seawulf575's avatar

Chili is always good. You can make a pot big enough to feed two people for three meals for next to nothing. A pound of ground beef ($3), a couple cans of beans ($0.75 each), a couple cans of diced tomatoes or fresh tomatoes ($0.75 each), maybe a can of tomato sauce ($0.75), some hot sauce, peppers, salt, pepper, garlic, chili powder, cumin, etc. Most of these things, once they are bought, can go into many, many meals. You are under $10 for the pot and it can be eaten for a couple meals. And it can be diabetic friendly.
More importantly than what you eat is where you shop. We have a store called Aldis nearby and it can really stretch your food dollar. Most of their stuff is not name brand, but most of it is very good. But every grocery store has BOGO sales which can help.
There are many meals that are basically vegetarian, good for diabetic, and not too expensive to make. Example: I made a dish that required me to boil ravioli, though any small stuffed pasta would work. I used a mixture of 4 cheese and spinach/cheese ravioli. While it was boiling, I put a little olive oil and butter into a pan and got it hot. Added some fresh green beans I had chopped into pieces about an inch to 1.5 inches long and sauteed them until they were just starting to get tender. Added about two cloves of garlic and some grape tomatoes I had chopped in half. After a couple minutes of all this being on the heat, I drizzled a little balsamic vinegar over it and mixed it well. Pulled it off the heat, mixed it in a bowl with the drained ravioli, tossed it all together and served it. This fed 4 adults for a dinner, everyone had seconds, and there was a small amount left over. Again…a couple bucks for the beans and tomatoes and another couple bucks for the ravioli.

MrGrimm888's avatar

Good call. Chili, is another good cheap source, of food.

janbb's avatar

I was thinking chili too. Or buy a pound of ground meat and brown it and add spaghetti sauce and server over pasta.

Rice and beans would be another cheap dish.

RedDeerGuy1's avatar

Pork chops are cheap where I am. $4 for two good chops. Chicken is cheap too.

KNOWITALL's avatar

@rRedDeer Free range is not cheap here, at the store. Ten bucks for two breasts.

ragingloli's avatar

Now that IS cheap.
That usually costs thousands.

mazingerz88's avatar

Potato omelette. Not sure if it’s good for diabetics.
Raw carrots for a snack.
Vegetable soup.
Chicken soup.

gorillapaws's avatar

+1 for raw carrots. They’re cheap, healthy and filling.

kritiper's avatar

A large baked potato with butter and sour cream.

Pinguidchance's avatar

@Yellowdog What would be a filling meal for someone who doesn’t have a lot of money?

A free meal at a charity soup kitchen.

filmfann's avatar

Eating cheap and being mindful of your diabetes is hard.
Rice is cheap, but plays hell with your sugar numbers.
Try eggs. You can prepare them a million ways, and they aren’t expensive or high in carbs.

Sagacious's avatar

Two bean burritos from Taco Bell is a filling and nutritious meal, especially if you add a serving of a vegetable.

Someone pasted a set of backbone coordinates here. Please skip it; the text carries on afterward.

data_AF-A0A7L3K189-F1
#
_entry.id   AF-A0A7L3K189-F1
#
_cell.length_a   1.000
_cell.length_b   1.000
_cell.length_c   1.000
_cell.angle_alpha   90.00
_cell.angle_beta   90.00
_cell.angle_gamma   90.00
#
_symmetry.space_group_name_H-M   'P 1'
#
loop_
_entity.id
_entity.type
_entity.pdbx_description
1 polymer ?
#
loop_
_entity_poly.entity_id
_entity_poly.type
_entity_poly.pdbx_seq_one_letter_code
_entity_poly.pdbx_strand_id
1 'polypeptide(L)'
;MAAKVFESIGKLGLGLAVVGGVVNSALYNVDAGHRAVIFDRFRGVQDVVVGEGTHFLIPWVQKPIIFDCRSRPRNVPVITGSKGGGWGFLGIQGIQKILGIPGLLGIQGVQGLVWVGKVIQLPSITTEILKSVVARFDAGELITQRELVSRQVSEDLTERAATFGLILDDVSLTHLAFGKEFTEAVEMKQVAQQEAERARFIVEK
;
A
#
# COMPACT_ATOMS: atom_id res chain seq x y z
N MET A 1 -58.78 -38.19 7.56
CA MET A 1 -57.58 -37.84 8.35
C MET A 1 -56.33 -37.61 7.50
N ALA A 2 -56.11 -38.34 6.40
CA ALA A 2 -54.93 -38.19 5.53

Sagacious's avatar

Oh, and if you’re diabetic beans are a perfect food for you. You’ll be able to add rice to your beans since the glycemic value of rice diminishes when eaten with beans.

Aster's avatar

I love this recipe I saw online for vegans: slice an Idaho potato into three pieces. Put in a frying pan with half a head of cabbage sliced, salt and pepper and a pat of butter. Put a lid on it and , stirring the cabbage occasionally, it all steams together and the cabbage that turns light brown is delicious.

flutherother's avatar

@Aster That’s what we used to call “bubble and squeak”. It’s surprisingly tasty.

janbb's avatar

@flutherother Wasn’t bubble and squeak made with mashed leftover potatoes?

flutherother's avatar

@janbb Yes, you’re right, it’s basically fried cabbage and potato. Very cheap, especially if it is leftovers.

Sagacious's avatar

@Aster The only person, before now, I’ve ever heard use the term ‘Idaho potato,’ was my aunt. I never knew exactly what she meant. What do you mean by an Idaho potato? I’ve never seen “Idaho Potatoes” in the market. I know potatoes are grown in Idaho but they grow many varieties.

Yellowdog's avatar

They are a certain type of potato, just like sweet potatoes, baking potatoes, etc. They are sold as such in bags where I live, at Kroger and Sam’s Club.

Sagacious's avatar

@Yellowdog I shop at SamsClub and Publix. They have red, yellow, white, yukon gold, and russett potatoes. I have never seen a bag of “Idaho Potatoes.” However, I decided to see what Google had to say about this. Turns out Idaho believes that no other state can grow a russet potato equal to the russets grown in Idaho, and that is what is called an Idaho potato. I never, and I mean never, buy russets. They have that thick skin and dry crumbly meat. Well, now I know. I guess that my aunt bought russet potatoes. They are the cheapest. But really back then no one would have thought to pay over a dime a pound for “Idaho (russett) taters.” That didn’t change for many years. It still floors me what groceries cost, especially things like potatoes…..they are over $1/lb in a 5 lb. bag now.

seawulf575's avatar

@Sagacious “Idaho potatoes” are not a type of potato. It is a description for where they are grown. Usually they are like Russet potatoes grown in Idaho, but I have seen Yukon Golds, Red or White potatoes as well. Many of the bags of potatoes I have seen in my life actually say “Idaho potatoes” on the bag and almost all of the potatoes say they were grown in Idaho.

Sagacious's avatar

@seawulf575 I just said in the post right above yours that Idaho potatoes are nothing but russets that are grown in Idaho, the only variety I will not buy. That is from the Idaho website.

Aster's avatar

@Sagacious I use the term Idaho for any potato that is beige and thick skinned – never red potatoes. Yes, they’re russets but I don’t call them that.